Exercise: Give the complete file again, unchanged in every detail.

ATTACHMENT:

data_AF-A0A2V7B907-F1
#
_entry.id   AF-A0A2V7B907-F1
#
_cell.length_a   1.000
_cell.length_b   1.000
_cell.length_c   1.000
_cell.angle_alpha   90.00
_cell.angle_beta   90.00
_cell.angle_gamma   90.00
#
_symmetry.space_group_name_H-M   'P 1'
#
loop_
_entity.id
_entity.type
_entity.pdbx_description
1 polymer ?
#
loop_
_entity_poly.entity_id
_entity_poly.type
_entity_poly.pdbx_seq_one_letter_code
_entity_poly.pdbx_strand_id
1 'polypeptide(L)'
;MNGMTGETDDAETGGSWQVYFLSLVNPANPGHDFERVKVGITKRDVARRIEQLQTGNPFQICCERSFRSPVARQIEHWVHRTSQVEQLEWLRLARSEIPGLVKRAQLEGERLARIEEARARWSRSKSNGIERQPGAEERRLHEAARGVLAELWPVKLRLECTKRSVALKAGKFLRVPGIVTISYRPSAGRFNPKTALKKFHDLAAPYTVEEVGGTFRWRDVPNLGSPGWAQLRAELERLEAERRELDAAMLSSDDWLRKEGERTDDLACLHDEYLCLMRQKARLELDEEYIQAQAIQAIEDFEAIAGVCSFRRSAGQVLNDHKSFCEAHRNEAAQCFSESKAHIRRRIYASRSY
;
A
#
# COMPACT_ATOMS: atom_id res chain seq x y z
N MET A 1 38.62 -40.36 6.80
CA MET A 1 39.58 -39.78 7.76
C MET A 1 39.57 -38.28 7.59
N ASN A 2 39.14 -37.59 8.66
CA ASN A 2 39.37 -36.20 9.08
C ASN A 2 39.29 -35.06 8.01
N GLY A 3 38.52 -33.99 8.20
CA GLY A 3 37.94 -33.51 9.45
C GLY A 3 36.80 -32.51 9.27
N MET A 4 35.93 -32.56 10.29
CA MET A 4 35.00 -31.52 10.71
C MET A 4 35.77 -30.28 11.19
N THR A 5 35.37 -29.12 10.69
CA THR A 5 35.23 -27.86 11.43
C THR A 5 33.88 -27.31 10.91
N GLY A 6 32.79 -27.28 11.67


data_AF-A0A2V7B907-F1
#
_entry.id   AF-A0A2V7B907-F1
#
_cell.length_a   1.000
_cell.length_b   1.000
_cell.length_c   1.000
_cell.angle_alpha   90.00
_cell.angle_beta   90.00
_cell.angle_gamma   90.00
#
_symmetry.space_group_name_H-M   'P 1'
#
loop_
_entity.id
_entity.type
_entity.pdbx_description
1 polymer ?
#
loop_
_entity_poly.entity_id
_entity_poly.type
_entity_poly.pdbx_seq_one_letter_code
_entity_poly.pdbx_strand_id
1 'polypeptide(L)'
;MNGMTGETDDAETGGSWQVYFLSLVNPANPGHDFERVKVGITKRDVARRIEQLQTGNPFQICCERSFRSPVARQIEHWVHRTSQVEQLEWLRLARSEIPGLVKRAQLEGERLARIEEARARWSRSKSNGIERQPGAEERRLHEAARGVLAELWPVKLRLECTKRSVALKAGKFLRVPGIVTISYRPSAGRFNPKTALKKFHDLAAPYTVEEVGGTFRWRDVPNLGSPGWAQLRAELERLEAERRELDAAMLSSDDWLRKEGERTDDLACLHDEYLCLMRQKARLELDEEYIQAQAIQAIEDFEAIAGVCSFRRSAGQVLNDHKSFCEAHRNEAAQCFSESKAHIRRRIYASRSY
;
A
#
# COMPACT_ATOMS: atom_id res chain seq x y z
N MET A 1 38.62 -40.36 6.80
CA MET A 1 39.58 -39.78 7.76
C MET A 1 39.57 -38.28 7.59
N ASN A 2 39.14 -37.59 8.66
CA ASN A 2 39.37 -36.20 9.08
C ASN A 2 39.29 -35.06 8.01
N GLY A 3 38.52 -33.99 8.20
CA GLY A 3 37.94 -33.51 9.45
C GLY A 3 36.80 -32.51 9.27
N MET A 4 35.93 -32.56 10.29
CA MET A 4 35.00 -31.52 10.71
C MET A 4 35.77 -30.28 11.19
N THR A 5 35.37 -29.12 10.69
CA THR A 5 35.23 -27.86 11.43
C THR A 5 33.88 -27.31 10.91
N GLY A 6 32.79 -27.28 11.67